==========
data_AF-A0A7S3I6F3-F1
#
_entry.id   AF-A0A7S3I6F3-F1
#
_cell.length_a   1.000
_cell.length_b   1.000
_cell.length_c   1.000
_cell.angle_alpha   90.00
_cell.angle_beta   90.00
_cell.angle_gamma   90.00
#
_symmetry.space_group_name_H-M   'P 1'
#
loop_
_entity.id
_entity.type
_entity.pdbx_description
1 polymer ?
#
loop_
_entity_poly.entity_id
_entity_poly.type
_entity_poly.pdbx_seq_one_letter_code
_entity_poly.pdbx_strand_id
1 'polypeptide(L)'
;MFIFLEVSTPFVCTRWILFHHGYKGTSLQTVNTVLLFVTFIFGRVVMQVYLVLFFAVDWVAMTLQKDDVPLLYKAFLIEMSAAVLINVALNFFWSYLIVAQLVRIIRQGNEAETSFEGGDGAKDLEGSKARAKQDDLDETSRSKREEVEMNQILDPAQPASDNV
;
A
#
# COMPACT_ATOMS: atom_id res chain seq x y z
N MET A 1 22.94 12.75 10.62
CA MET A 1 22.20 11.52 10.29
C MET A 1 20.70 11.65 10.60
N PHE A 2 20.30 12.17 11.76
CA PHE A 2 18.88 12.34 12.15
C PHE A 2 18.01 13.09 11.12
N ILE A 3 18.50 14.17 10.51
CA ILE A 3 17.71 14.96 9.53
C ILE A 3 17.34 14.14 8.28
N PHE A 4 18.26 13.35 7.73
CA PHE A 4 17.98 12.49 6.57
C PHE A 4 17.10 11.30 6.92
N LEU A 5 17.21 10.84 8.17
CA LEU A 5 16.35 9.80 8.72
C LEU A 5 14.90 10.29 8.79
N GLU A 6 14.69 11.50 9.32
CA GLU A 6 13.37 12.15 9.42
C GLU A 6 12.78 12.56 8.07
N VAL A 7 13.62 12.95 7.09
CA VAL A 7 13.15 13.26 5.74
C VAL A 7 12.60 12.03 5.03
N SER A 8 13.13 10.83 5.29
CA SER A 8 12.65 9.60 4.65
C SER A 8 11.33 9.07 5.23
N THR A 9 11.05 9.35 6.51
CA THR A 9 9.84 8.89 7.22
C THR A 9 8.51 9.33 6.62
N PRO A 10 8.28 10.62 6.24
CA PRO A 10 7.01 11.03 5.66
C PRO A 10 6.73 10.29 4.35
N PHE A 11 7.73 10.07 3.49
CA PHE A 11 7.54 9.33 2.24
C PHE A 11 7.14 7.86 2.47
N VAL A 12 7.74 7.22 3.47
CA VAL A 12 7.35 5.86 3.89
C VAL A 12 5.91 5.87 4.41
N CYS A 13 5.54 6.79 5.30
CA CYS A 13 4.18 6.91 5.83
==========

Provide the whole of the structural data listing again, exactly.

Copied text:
data_AF-A0A7S3I6F3-F1
#
_entry.id   AF-A0A7S3I6F3-F1
#
_cell.length_a   1.000
_cell.length_b   1.000
_cell.length_c   1.000
_cell.angle_alpha   90.00
_cell.angle_beta   90.00
_cell.angle_gamma   90.00
#
_symmetry.space_group_name_H-M   'P 1'
#
loop_
_entity.id
_entity.type
_entity.pdbx_description
1 polymer ?
#
loop_
_entity_poly.entity_id
_entity_poly.type
_entity_poly.pdbx_seq_one_letter_code
_entity_poly.pdbx_strand_id
1 'polypeptide(L)'
;MFIFLEVSTPFVCTRWILFHHGYKGTSLQTVNTVLLFVTFIFGRVVMQVYLVLFFAVDWVAMTLQKDDVPLLYKAFLIEMSAAVLINVALNFFWSYLIVAQLVRIIRQGNEAETSFEGGDGAKDLEGSKARAKQDDLDETSRSKREEVEMNQILDPAQPASDNV
;
A
#
# COMPACT_ATOMS: atom_id res chain seq x y z
N MET A 1 22.94 12.75 10.62
CA MET A 1 22.20 11.52 10.29
C MET A 1 20.70 11.65 10.60
N PHE A 2 20.30 12.17 11.76
CA PHE A 2 18.88 12.34 12.15
C PHE A 2 18.01 13.09 11.12
N ILE A 3 18.50 14.17 10.51
CA ILE A 3 17.71 14.96 9.53
C ILE A 3 17.34 14.14 8.28
N PHE A 4 18.26 13.35 7.73
CA PHE A 4 17.98 12.49 6.57
C PHE A 4 17.10 11.30 6.92
N LEU A 5 17.21 10.84 8.17
CA LEU A 5 16.35 9.80 8.72
C LEU A 5 14.90 10.29 8.79
N GLU A 6 14.69 11.50 9.32
CA GLU A 6 13.37 12.15 9.42
C GLU A 6 12.78 12.56 8.07
N VAL A 7 13.62 12.95 7.09
CA VAL A 7 13.15 13.26 5.74
C VAL A 7 12.60 12.03 5.03
N SER A 8 13.13 10.83 5.29
CA SER A 8 12.65 9.60 4.65
C SER A 8 11.33 9.07 5.23
N THR A 9 11.05 9.35 6.51
CA THR A 9 9.84 8.89 7.22
C THR A 9 8.51 9.33 6.62
N PRO A 10 8.28 10.62 6.24
CA PRO A 10 7.01 11.03 5.66
C PRO A 10 6.73 10.29 4.35
N PHE A 11 7.73 10.07 3.49
CA PHE A 11 7.54 9.33 2.24
C PHE A 11 7.14 7.86 2.47
N VAL A 12 7.74 7.22 3.47
CA VAL A 12 7.35 5.86 3.89
C VAL A 12 5.91 5.87 4.41
N CYS A 13 5.54 6.79 5.30
CA CYS A 13 4.18 6.91 5.83